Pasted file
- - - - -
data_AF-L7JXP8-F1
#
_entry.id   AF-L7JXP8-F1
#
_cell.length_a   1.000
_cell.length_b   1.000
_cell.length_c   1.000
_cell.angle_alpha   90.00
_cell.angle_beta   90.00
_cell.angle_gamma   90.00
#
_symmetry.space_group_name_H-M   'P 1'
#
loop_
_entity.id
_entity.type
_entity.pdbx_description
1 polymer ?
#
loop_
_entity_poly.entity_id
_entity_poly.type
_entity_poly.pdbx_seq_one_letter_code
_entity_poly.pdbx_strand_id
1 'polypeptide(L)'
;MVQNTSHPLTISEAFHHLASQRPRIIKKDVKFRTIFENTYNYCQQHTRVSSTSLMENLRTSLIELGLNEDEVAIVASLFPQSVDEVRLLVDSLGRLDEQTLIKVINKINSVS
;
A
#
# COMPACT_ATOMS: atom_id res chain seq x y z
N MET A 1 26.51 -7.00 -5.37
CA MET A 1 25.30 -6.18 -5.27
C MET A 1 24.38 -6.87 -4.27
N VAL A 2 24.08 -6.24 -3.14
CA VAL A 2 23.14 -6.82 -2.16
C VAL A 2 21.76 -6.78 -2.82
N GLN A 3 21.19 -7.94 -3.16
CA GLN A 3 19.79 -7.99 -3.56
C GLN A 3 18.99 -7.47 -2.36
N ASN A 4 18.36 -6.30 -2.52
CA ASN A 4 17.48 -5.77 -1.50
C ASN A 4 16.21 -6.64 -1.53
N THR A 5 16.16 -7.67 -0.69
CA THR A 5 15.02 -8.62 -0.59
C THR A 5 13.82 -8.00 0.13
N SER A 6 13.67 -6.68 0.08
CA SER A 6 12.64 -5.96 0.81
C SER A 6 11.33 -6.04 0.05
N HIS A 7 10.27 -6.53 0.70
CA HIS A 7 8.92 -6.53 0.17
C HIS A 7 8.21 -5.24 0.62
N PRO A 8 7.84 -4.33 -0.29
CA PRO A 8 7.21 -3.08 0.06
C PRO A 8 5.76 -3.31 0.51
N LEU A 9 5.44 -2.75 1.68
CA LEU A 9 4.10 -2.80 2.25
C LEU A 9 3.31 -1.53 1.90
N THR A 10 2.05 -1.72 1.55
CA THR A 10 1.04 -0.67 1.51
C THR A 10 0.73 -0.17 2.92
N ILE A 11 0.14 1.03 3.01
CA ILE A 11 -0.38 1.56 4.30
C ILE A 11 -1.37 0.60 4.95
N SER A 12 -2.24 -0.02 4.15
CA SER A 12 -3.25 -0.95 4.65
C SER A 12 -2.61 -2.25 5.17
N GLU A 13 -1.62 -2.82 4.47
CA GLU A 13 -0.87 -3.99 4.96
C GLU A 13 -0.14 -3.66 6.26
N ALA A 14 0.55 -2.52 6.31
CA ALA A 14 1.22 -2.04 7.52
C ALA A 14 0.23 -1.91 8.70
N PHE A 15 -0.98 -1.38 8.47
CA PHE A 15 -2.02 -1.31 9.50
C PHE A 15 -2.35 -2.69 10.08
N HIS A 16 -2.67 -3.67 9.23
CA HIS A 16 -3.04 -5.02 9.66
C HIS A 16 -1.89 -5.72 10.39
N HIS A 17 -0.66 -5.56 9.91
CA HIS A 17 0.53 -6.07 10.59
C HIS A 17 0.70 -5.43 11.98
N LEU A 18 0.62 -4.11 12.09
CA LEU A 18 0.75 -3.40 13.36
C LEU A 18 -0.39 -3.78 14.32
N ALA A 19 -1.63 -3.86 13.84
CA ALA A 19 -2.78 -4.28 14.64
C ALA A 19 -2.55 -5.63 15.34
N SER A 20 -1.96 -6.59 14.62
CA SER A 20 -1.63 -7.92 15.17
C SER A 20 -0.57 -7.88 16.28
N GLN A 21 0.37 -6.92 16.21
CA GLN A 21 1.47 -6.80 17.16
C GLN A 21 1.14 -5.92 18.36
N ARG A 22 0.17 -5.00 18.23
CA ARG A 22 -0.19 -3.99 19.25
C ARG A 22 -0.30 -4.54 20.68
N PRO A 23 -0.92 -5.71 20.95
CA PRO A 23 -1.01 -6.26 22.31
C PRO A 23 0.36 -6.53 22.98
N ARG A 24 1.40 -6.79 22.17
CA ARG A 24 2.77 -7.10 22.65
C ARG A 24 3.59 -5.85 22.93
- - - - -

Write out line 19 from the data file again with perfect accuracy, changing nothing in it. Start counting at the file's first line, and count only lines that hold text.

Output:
#